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Group of people protesting holding signs that say "RIP. KILLED BY BLAZEN HENSHER", "AID", "Fight AIDS NOT GAYS" and "DEAD FROM LACK OF DRUGS"
Scene from It’s A Sin during a recreation of AIDS protests in the 1980s. Channel 4/Red Production Company

It’s a Sin: how the media fuelled the homophobic response to the HIV crisis

It’s a Sin, the Channel 4 series following a group of friends navigating the HIV/Aids crisis in 1980s London, has been a colossal success. With 6.5 million viewers, it has the accolade of Channel 4’s “most binged new series”, and has received high praise from many LGBTQ+ people.

In some ways, this reflects how far the media has come in its portrayal of LGBTQ+ life, and those living with HIV in particular. My new book, written with academics Jose Catalan and Barbara Hedge, tells the story of HIV based on accounts of key players in the epidemic. It highlights how the press contributed to the shocking treatment of people living with HIV in the 1980s and 1990s.

We heard about those with HIV being asked to get out of ambulances and walk to hospital, about offensive graffiti daubed on houses of those suspected of having HIV, and about bricks through windows forcing people to move home. The people we spoke to shared stories of the media’s role in creating and perpetuating this hatred.

People living with HIV were depicted in the press as the dangerous “other”. “Gas gays says Tory”, ran one headline. One doctor told us, “Most of the rather sensational reporting … was around contagion, around gay men, about excluding them and herding them up.”

The impact of media sensationalism on people living with HIV - and even institutions - was of shock and shame. A gay man we spoke to said, “I’d read about it in the papers and had an idea of the facts, but not of the emotions of suddenly being in a ward with 12 people all near death.” Meanwhile, a senior doctor remarked, “I personally was told to give up my interest in HIV, as this was ‘ruining’ the reputation of the hospital.”

The press divided people living with HIV into the “guilty” – those thought to have brought HIV infection upon themselves, like gay men – and “innocent victims” like those with haemophilia who were infected with HIV from donated blood.

Young man wearing a beige crop top and a patterend skirt standing in a room before two suited older men
Omari Douglas playing Roscoe Babatunde in It’s a Sin. Channel 4/Red Production

Where the NHS tried to create sanctuary for people with HIV, the press would try to invade their privacy. One nurse told us that journalists sometimes posed as visitors to get information about HIV positive patients who were of interest to the press. “They’d come in with a bunch of flowers and say, ‘These flowers are for [well-known person]’ and you’d thank them, and they’d say, ‘So you can confirm that person’s here then?’”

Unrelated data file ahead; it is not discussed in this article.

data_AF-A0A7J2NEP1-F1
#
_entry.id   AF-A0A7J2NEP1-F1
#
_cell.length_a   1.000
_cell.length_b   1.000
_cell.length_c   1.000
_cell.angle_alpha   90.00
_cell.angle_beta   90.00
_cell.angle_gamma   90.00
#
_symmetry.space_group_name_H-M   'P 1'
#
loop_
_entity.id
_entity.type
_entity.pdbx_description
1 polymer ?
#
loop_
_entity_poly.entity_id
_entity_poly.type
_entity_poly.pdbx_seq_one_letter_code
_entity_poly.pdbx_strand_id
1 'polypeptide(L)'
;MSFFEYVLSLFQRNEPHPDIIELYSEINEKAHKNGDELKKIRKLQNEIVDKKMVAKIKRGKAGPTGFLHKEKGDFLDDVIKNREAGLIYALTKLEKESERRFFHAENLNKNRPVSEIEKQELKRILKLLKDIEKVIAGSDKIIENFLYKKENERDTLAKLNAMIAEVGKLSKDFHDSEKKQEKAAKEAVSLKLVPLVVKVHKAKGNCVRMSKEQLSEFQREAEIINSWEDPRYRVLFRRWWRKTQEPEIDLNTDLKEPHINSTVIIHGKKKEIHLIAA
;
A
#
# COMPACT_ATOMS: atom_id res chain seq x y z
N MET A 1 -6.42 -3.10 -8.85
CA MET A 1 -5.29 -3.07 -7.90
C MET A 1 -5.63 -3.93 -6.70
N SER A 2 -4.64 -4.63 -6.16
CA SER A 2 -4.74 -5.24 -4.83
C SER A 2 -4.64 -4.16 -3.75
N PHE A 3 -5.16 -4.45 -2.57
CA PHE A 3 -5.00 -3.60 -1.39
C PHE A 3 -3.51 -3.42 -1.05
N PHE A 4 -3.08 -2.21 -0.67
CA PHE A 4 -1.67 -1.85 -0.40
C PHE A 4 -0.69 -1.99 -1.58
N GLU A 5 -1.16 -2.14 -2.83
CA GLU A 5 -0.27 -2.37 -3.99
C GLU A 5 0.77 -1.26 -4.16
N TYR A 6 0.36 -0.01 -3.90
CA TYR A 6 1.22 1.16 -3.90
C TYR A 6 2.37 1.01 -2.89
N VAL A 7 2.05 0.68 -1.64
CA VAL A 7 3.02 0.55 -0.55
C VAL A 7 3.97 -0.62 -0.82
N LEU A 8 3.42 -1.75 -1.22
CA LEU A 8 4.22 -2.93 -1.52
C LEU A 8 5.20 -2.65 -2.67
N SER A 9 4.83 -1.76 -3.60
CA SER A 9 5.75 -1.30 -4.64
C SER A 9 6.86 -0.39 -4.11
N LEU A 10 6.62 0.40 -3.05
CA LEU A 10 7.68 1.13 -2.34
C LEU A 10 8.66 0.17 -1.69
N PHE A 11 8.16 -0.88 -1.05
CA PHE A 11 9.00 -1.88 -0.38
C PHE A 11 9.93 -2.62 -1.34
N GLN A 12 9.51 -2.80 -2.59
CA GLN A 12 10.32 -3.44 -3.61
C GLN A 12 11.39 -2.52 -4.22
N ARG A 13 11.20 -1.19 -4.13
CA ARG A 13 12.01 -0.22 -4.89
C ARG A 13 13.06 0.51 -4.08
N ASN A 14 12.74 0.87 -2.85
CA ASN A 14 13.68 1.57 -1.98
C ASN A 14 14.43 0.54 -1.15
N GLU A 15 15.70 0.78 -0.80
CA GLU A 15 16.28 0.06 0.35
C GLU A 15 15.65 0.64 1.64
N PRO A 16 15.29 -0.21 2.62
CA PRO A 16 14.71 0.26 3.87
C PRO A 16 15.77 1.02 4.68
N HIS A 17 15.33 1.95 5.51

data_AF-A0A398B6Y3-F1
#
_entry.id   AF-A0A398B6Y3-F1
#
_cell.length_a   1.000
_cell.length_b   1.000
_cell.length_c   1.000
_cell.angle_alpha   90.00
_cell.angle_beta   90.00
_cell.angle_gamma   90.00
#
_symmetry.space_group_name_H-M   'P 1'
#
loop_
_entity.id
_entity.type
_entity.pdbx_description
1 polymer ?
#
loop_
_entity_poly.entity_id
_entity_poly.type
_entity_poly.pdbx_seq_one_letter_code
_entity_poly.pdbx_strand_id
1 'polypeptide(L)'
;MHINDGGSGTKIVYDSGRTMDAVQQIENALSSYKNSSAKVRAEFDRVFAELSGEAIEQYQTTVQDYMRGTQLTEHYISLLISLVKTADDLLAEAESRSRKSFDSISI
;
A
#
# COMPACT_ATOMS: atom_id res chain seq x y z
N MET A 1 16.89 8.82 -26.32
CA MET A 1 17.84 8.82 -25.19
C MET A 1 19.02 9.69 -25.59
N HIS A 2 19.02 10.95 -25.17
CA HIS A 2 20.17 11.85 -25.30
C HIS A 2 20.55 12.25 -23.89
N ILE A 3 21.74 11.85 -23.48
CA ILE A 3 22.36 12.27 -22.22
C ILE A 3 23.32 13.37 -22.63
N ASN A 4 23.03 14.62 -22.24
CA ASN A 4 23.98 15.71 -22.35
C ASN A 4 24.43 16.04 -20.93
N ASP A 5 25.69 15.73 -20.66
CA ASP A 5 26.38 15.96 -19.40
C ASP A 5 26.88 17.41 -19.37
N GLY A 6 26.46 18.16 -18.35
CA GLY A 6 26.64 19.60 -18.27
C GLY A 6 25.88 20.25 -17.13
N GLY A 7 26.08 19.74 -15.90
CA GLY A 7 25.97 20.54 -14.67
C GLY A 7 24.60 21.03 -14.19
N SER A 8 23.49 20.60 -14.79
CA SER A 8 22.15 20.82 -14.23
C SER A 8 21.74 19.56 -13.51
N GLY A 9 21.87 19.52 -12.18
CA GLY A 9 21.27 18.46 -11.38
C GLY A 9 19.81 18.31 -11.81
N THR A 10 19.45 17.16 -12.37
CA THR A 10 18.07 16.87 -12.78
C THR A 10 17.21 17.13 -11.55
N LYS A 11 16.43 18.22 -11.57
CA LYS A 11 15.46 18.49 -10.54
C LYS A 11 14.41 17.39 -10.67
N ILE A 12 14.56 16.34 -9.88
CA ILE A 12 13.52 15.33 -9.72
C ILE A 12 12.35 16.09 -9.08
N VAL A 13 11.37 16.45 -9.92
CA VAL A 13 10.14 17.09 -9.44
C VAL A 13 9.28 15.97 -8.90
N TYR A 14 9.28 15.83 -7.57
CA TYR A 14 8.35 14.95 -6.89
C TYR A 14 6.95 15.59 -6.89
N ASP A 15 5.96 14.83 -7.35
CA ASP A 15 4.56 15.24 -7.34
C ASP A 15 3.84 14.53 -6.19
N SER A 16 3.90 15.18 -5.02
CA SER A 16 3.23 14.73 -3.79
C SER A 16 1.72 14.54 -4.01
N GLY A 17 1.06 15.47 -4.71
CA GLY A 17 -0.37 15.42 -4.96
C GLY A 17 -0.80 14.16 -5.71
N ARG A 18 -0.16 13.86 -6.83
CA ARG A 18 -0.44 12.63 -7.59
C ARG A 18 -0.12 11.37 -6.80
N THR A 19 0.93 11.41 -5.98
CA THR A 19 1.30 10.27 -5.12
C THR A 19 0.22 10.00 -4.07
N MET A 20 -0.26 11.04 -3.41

Occasionally, the press had help. A psychologist told us: “Someone in the GP practice had worked out that one of the doctors was positive and had sold the story to a newspaper, but [an HIV] charity helped us overnight successfully to get an injunction to stop the story.”

However, for all the homophobic and negative coverage, one unintentional side-effect of this media sensationalism was the emergence of moving, human accounts from openly gay men and people living with HIV. As one psychiatrist saw it, the fact that “so many articulate, presentable, people with HIV were in the media … had a huge impact in terms of normalising homosexuality and HIV”.

The media today

These stories help us reflect on how things have changed – and how they haven’t. It’s worrying to think how much further behind we’d be today without those brave voices. But of course, discrimination against LGBTQ+ people and those living with HIV didn’t end in the 1980s. Recent coverage of PrEP (pre-exposure prophylaxis), the drug taken by HIV-negative people to significantly reduce chances of getting HIV (dubbed a “promiscuity pill” in some places) shows homophobia, HIV stigma and dogwhistles still exist in the media.

Meanwhile, coverage of trans people today has echoes of that of gay men in the early 1980s. Trans people are publicly debated yet tend to be excluded from these discussions – or face prejudice when they are included. The way they are often portrayed as a potential threat is reminiscent of the way gay men were smeared as threats to the public.

Nevertheless, the change in attitudes towards LGBTQ+ people means a show like It’s A Sin can not only be made in the first place, but can also be wildly successful. This reflects the importance of allies – and the positive role the media can play. As the famous Aids slogan insisted, “silence equals death”, and allyship is about telling and hearing personal stories to develop compassion and positive change.

Like the character Jill in It’s a Sin, the allies of the 1980s and 90s believed in supporting gay people and those living with HIV, they accepted who they were. In our book, we conclude that the allies of this time were the “people (who) moved in a counter direction to the tide of stigma and negative attitudes in sections of the media and community”.

Jose Catalan, co-author of HIV in the UK - Voices from the Epidemic, contributed to writing this article.

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